It brought awareness to my spending, and I stopped wasting money on things that weren’t bringing me value.
It led to creating a budget I could stick to, and pretty soon, I was saving 50% or more of my take-home pay.
This simple habit was the game-changer that accelerated my journey to financial independence.
In today’s post, I’m going to outline my method for tracking expenses for anyone that wants to get started with this savvy habit.
Why Is Tracking Your Spending So Important?
If you’ve tried to lose weight before, you’ve probably tracked your calories.
Certainty over how many calories you consumed each day allowed you to adjust what you ate to hit your weight goal. Similarly, learning how to keep track of expenses allows you to stick to a budget and meet your savings goal.
Being able to save is a crucial step in becoming wealthy.
If you don’t keep a tab of your spending, then there’s probably never going to be a surplus leftover at the end of the month to invest.
And without dedicating a portion of your current earnings to create passive income for your future self, you’ll always have to work for money.
If you desire a secure and comfortable financial future, then you’ve got to get serious about saving, and that starts with tracking your expenses.
How To Track Your Spending
If you’ve never tracked your spending before, I’m going to suggest that you go old school and use a pen and paper.
A small lined notebook that will easily fit in your pocket is ideal as you’re going to have to carry your notebook everywhere you go for three months – and yes, I agree this is weird.
But using a pen and paper will ensure you don’t forget to record small cash purchases.
Also, taking out your notebook each time you spend money will make you much more aware of money leaving your possession.
Now, I know you could just browse through your last three months of bank statements and you’d get the same information.
But you’d be missing out on a valuable lesson: awareness of your spending patterns.
Once you’ve got your notebook, divide the page into four columns as shown below. You’re going to record the date, details of the transaction, account it was paid from, and how much you spent.
Every time you spend money, whip out your notebook and jot down the details. It doesn’t matter how small the amount or whether it was cash or card. Record everything.
And don’t leave it until the end of the day
You’re not an elephant, and you will forget what you spent. Also, spend as you usually would and don’t worry about trying to change your behaviour. Remember; awareness is the goal. You can cut back once you set a budget.
At the end of the month, create an excel spreadsheet to tally all your expenses into categories (housing, food, entertainment, etc). Continue tracking your spending for at least three months. Naturally, you’re going to have some high and low months, and we want to get an average.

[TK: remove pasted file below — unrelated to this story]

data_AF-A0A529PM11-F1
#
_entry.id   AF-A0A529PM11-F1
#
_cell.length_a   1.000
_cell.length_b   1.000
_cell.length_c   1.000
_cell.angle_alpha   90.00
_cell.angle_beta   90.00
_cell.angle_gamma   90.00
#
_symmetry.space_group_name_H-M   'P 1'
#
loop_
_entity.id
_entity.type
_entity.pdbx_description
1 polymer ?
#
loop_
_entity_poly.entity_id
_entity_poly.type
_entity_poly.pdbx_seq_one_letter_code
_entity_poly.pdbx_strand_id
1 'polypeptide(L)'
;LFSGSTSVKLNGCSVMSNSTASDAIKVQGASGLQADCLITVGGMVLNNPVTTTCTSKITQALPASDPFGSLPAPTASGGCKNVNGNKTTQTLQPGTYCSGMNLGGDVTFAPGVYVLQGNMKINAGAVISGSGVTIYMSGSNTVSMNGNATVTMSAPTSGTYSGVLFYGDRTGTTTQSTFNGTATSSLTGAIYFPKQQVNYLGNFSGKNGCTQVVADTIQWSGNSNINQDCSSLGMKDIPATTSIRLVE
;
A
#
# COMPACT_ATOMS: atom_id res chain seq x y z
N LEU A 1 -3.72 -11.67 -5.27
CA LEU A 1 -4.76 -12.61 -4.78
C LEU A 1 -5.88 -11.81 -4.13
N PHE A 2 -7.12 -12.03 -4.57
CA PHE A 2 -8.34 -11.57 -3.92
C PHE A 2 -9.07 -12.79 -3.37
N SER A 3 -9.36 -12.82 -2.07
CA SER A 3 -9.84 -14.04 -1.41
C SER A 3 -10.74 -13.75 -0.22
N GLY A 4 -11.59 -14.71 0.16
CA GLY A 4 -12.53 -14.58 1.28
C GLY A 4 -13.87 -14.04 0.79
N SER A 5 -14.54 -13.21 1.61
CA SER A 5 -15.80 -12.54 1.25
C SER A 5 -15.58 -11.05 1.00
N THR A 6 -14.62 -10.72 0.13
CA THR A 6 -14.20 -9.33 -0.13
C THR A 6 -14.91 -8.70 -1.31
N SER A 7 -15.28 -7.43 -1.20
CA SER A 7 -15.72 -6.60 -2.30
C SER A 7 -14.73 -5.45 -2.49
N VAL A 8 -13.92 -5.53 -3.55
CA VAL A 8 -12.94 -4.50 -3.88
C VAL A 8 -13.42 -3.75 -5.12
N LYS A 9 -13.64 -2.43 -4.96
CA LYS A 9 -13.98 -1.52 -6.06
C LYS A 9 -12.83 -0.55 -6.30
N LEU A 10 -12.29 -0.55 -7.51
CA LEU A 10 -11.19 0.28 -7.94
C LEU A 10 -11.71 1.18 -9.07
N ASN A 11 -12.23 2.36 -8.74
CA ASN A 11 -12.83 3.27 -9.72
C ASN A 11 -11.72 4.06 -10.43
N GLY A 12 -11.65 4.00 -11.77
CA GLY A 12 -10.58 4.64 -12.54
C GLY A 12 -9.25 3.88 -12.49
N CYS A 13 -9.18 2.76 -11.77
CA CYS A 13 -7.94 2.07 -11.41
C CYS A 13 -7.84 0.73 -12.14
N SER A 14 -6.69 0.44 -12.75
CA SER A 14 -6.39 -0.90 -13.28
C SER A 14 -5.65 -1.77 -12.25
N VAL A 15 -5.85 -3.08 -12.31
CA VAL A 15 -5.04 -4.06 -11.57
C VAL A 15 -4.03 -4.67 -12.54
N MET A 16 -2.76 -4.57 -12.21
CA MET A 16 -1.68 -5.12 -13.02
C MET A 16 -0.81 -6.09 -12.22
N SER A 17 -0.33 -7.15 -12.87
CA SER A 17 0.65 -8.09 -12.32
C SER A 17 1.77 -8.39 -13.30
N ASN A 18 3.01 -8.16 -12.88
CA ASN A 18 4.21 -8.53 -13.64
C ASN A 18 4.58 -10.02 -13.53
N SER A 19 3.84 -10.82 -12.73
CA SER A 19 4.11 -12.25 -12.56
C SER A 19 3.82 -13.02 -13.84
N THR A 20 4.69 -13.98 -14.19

You’ll end up with a spreadsheet resembling the one below:
What you’ve got is a clear picture of where your money is actually going.
This is going to be eye-opening for some people. You might be shocked to find out how much it costs to buy your lunch at work each day, or how much you spend on alcohol.
A Moment For Reflection
Take some time to reflect on your expenses. How much happiness are you getting from how you spend your money? Are you spending it on things that you value? Bear in mind that your values are unique to you. There is no right or wrong way to spend your money, but how you spend it should make you happy.
I spend £59 a month on gym memberships, which would be an excessive waste of money for some people. But I’m big into health and fitness, and I get a lot of joy from training, so for me, it’s money well spent.
On the other hand, I would baulk at a £20 a week takeaway habit. But that takeaway meal might be someone’s reward for grafting all week, or they may value the convenience of not having to cook and clean up on a Friday night.
It’s all relative.
Really think about how you’re spending your money and the happiness it’s bringing you. Are there any changes you want to make? Are there things you want/need to stop doing? Does your spending get you closer to your financial goals? Is your spending aligned with your values?
Once you’re conscious of how you use money, the next step is to create a budget that you can easily stick to.
Wrapping It Up
Tracking your spending is the habit that I advise everyone just starting with personal finance to adopt.
It brings clarity on how you spend your money, which allows you to cut back or eliminate unnecessary expenses.
Money is simply a tool to help you get what you want from life. And for it to best serve you, you need to understand how it flows in and out of your life.